https://doi.org/10.25077/jsolum.15.1.26-39.2018

J. Solum Vol. XV No. 1 , Januari 2018: 26-39

decomposition time and give the contribution to soil organic C raise (Palm et al., 2001). Cellulose and lignin constituents of organic matter are recognized to be relatively resistant against microbial degradation so that organic matter in soils can be replenished and preserved by such C inputs (Anda et al., 2010). In a study on chemical changes of plant residue into SOM and its existence inside aggregate fraction in wet tropics Hawai, Steward et al., (2011) found that soils under fern vegetation Cheirodendron trigynum (species with rapid decomposition) contained more lipid composed of cutin and suberin, while soils under Dicranopteris linearis vegetation (species with low decomposition) contained aromatic compound originating from more lignin. According to Ahn et al., (2009) there are two factors that are possibly interconnected in determining the bioavailability of SOM. Firstly, chemical availability, which is frequently considered as labiality is affected by the chemical composition of SOM related to the capability of microbial exocoenzymes to fragment organic polymers into smaller components in a dissolved form that can pass through microbial cell walls. Such compounds pools as carbohydrates and proteins are regarded as extremely labile, whereas lipids, lignin, and humic substances are relatively chemically intractable. Secondly, physical availability refers to the physical location of SOM. Soil organic matter that is fixed within mineral aggregates or sorbed within small pores may be protected from enzymatic attack and therefore be essentially biologically nonavailable (Six et al., 2002). Labile SOM is a quickly reactive organic matter fraction, which makes available energy and nutrients for soil micro-organisms and releases part of the nutrients for plant utilization. It provides short- term organic matter turnover during the year, in which its half-life is between days and few years (Strosser , 2010).

EFFECT OF LAND USE AND MANAGEMENT PRACTICES ON SOIL ORGANIC C FRACTIONS

https://doi.org/10.25077/jsolum.15.1.26-39.2018

p- ISSN 1829-7994 e-ISSN 2356-0835

Dynamics of SOC is affected by numerous factors of which among are land use types and management practices in which decomposition and mineralization process could reduce SOC while the increasing SOC could occur by biomass input. Wet tropical rainforest constitutes one of main terrestrial C storage sources (Smiley and Kroshel, 2008). However, conversion of natural forest into agricultural land uses brings about a reduction in soil organic C (SOC) content over time, because of escalating mineralization rates stimulated by a rise in soil temperature (Pandey et al., 2010). In tropical and temperate regions, soil temperature in the exposed lands after forest clearing increases, thereby stimulating biological activity, causing an increase of NH 4 + from SOM (Piccolo et al., 1994; Nunan et al .,

2000).

Continuous SOM loss as a result of agricultural production has been a critical problem in most tropical soils ((Islam and Weil, 2000). Pandey et al., (2010) reported that in a wet tropical area, India with an average 3000 mm year -1 rainfall, where soils were Entisols, sandy loam, the highest quantity of SOC loss was 1430 kg -1 ha -1 year -1 in grassland (6 years) and the lowest was 127 kg ha -1 year -1 in home garden (30 years). This happened because C output in grassland was much greater than C input. In Indonesia, several studies on changes of total organic C as conversion of natural forest into agricultural land and other uses have been conducted. Yonekura et al. (2010) reported that total organic C in soil 0-8 cm depth had undergone a decrease due to conversion of natural forest in Amborawang and Batuah East Kalimantan Province into grassland ( Imperata cylindrica ), in which organic C in natural forest was 2,06%, while in grassland after 10 years conversion contained 1,94% total organic C and grassland after 22 years was 1,48%, thereby decreasing in total organic C as much as 6% and 28% respectively. The difference in total organic C between forest ecosystem and agroecosystem is also found in Danube lowland Slovak, temperate climate, in which the contents of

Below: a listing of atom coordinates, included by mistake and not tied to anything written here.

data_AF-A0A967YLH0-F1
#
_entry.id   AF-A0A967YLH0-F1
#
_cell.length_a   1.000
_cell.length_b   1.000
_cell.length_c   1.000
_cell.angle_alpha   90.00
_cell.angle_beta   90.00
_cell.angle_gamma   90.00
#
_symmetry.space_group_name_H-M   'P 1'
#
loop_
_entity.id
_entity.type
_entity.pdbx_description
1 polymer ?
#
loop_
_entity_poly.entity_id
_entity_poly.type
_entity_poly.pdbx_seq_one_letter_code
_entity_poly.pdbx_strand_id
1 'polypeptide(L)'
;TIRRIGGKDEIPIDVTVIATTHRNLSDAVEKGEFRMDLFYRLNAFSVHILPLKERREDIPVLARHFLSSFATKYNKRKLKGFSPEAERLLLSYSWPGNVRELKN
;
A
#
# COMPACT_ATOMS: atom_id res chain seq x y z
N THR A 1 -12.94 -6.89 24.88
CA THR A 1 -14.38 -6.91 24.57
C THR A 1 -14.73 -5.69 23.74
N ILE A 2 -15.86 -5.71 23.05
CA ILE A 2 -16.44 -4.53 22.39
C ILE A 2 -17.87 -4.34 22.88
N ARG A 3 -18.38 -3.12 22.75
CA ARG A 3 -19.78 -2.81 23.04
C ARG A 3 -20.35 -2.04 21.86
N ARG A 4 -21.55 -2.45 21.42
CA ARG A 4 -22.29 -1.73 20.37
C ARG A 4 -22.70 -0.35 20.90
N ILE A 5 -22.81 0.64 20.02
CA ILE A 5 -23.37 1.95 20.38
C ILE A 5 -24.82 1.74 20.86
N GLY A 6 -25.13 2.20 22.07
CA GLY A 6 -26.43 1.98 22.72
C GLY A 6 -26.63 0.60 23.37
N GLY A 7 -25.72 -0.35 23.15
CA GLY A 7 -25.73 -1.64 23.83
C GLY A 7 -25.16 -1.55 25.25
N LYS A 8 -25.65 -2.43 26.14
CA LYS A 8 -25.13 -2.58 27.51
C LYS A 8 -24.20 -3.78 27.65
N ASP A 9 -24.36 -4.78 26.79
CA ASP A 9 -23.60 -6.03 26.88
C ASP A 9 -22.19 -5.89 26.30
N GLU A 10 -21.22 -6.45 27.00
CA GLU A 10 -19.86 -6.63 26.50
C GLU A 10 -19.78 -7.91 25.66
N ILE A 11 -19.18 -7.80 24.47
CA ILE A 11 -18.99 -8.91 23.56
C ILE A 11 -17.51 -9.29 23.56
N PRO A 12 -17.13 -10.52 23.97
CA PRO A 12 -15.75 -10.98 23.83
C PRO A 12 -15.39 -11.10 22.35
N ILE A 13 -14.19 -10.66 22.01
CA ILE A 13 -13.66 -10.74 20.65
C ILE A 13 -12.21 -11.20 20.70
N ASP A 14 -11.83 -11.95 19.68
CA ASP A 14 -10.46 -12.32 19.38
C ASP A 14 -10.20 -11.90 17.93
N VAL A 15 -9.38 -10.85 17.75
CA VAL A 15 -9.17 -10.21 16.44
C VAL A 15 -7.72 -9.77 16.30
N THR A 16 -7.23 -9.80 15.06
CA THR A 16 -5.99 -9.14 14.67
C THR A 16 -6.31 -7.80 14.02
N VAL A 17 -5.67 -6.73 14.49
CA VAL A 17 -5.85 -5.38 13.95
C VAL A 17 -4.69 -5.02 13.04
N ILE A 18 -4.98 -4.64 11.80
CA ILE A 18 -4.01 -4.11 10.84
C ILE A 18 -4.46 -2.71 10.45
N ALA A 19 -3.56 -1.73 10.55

29

Dynamics of Soil Organic C arbon F ractions ( Ermadani et al.): 26-39

p-ISSN 1829-7994

e-ISSN 2356-0835

total organic C are 2,6% and 1,8% respectively (Tobiasova and Miskolczi, 2012). Continuous land uses for agricultural activities without adequate organic matter inputs also result in a decrease in SOM. A study done by Widjanarko et al., (2012) showed that total SOC of cassava monoculture less than 10 years was 2.06%, and then in 30 years cassave monoculture, total SOC was 0.70%, so that reduction in total SOC was

66%.

The content of soil organic matter (SOM) can also be used as an indicator of soil quality improvement. Setyawan et al., (2011) reported that in degraded soils (0-3 cm) of mine sites the content of SOC was relatively high, 52- 130 g kg -1 after 7 years of rehabilitation, in which the soils underwent a relatively rapid recovery in tropics Kelian East Kalimantan with 3.500 mm year -1 rainfall. Hermansah et al., (2010) reported that the total SOC in the 0-10 cm soil layer in mixed garden, cinnamon plantation, and cacao plantation was 7.01%, 5.73% and 4.80% respectively, in which the high content of organic C of Inceptisols in these various land uses in Pauh, Padang was caused by the high input of organic materials coming from clearing grass and underbrush growing under the mature plants